My first encounter with 3 TTRPGs!

Had an absolute blast at my friend’s house con last weekend. Imagine this, if you can: an entire con filled with only cool people who are imaginative and fun! So of course I had a fantastic time regardless of the game system. But I did play three systems I hadn’t played before, so here are my thoughts!

One Honk Before Midnight— Players were geese trying to collect items to perform a ritual to bring back The Feathered One and return geese to their rightful place—having dominion over humans! Each goose has stats in Heroism, Observation, Nimbleness, and Kaos. Or, to put it more succinctly, HONK.

The thing about playing games with this group of people is that the people are so clever and funny that the system mechanics are often irrelevant. Such was the case here—we rolled dice and sometimes succeeded and sometimes failed, but it was a charming game with a fun and unexpected (to me, anyway) conclusion. Also, though basically you’re just trying to get items from a small English village, it definitely has the feel of a more epic adventure because navigating a world designed for humans when you’re 3 feet tall and can only grab things with your beak turns out to be quite challenging!

Alien— Hope’s Last Day

Do you have a hardworking GM who does tons of work to ensure you have fun every week, month, whatever? If so, I suggest rewarding them by asking them to run this for you.

It’s Alien. It’s dark, it’s scary, and you are hopelessly outmatched by the aliens who have many different ways to kill you.

You are probably going to die. At least, our entire party did. The game has a cool mechanic where you roll a bunch of d6 and succeed if you roll sixes. But then you also have a pool of “stress dice,” (also d6) that gets bigger and bigger as more things go wrong, so the stress of the situation makes it more likely you’ll succeed but also more likely things will go terribly wrong because you rolled a one on the stress dice. We failed a lot of panic checks and spent a lot of rounds screaming.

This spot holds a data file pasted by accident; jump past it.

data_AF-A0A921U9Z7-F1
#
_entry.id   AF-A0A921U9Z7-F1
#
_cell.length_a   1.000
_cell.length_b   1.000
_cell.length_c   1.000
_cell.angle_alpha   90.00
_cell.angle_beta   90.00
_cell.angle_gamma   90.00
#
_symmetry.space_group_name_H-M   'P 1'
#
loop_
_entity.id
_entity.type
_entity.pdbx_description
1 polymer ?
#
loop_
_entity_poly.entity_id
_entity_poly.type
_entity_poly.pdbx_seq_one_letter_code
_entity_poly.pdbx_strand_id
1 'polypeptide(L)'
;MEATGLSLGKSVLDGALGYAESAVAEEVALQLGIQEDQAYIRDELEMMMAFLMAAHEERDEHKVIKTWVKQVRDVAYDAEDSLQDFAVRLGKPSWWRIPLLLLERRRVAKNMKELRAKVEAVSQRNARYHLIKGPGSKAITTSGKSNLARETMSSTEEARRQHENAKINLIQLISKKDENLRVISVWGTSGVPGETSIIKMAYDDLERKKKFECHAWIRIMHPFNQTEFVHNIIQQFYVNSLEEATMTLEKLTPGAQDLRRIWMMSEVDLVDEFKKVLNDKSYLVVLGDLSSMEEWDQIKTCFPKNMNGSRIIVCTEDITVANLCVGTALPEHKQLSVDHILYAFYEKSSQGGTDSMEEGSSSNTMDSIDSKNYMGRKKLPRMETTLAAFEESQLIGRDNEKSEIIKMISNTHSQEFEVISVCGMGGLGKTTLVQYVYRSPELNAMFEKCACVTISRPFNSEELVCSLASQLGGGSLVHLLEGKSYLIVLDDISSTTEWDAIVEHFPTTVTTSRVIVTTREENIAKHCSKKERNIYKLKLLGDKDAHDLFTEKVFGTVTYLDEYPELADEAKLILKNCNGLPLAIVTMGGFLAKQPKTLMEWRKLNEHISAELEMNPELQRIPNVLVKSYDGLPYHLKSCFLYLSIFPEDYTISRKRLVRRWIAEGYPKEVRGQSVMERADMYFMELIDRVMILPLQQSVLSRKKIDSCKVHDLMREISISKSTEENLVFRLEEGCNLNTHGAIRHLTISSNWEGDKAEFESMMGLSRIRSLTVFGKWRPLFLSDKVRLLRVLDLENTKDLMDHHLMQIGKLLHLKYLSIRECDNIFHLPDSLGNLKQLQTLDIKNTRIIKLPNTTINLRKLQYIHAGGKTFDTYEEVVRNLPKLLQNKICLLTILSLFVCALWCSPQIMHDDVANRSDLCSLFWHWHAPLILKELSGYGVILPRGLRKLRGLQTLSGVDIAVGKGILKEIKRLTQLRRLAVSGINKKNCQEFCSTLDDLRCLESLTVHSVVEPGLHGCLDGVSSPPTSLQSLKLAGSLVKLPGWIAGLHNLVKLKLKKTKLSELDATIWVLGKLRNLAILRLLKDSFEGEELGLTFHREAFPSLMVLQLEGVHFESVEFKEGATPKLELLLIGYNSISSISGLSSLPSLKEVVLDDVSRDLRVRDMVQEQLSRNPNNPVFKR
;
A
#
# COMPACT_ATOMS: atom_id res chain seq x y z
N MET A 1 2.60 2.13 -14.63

My character took a critical hit, and Alex, the GM, announced, “you’ve taken critical hit…number sixty-two.” I don’t know how many different ways the alien can crit you, but there are at least sixty-two.

Now, I’ve played games with Alex before, and it’s clear he always has fun running games, but my God, the naked glee this man showed as the aliens destroyed us in ever more horrible ways was really something to see. That’s why I say this one would be a nice gift to your GM. Don’t get me wrong—I had a lot of fun too, and I really appreciated the way the mechanics of the game added to the atmosphere. But I definitely didn’t have as much fun as Alex did.

(BTW, when he’s not cackling joyfully at the prospect of an alien crushing your skull with a headbutt, Alex also writes games. Find ‘em here.)

Deathmatch Island

Wow, was this a cool game. It’s kind of Lost (except with a satisfying ending that makes sense) meets The Hunger Games. But what’s cool about it is the mechanic. So instead of having individual stats and going through each action individually, you roll dice, the GM rolls dice, and if you beat the GM’s roll, you succeed and if you don’t, you fail, and everybody gets to narrate how this happens. I really enjoyed this because it allows for collaborative storytelling (my favorite part of this hobby!) even in combats. It also means you don’t spend a freaking hour on a single combat scene as sometimes happens in other systems.

Bonus: the book itself is a beautiful physical object and a bargain at only 30 bucks! Two players ordered it at the table, which should give you an idea of how much everyone enjoyed this game.

I also played in a Gumshoe-based 20’s pulp adventure, but I’ve played many different versions of Gumshoe before (including this and this, which are both fantastic), so it wasn’t my first time with this system. As always, a rip-roaring good time was had by all, except possibly for the character who had both the newfangled portable light powered by harmless radium and a whole lot of unrequited love for his boss!

As always, I ended the weekend feeling physically exhausted and creatively energized. There’s really nothing like making up stories with people all weekend to help fuel the creative fire!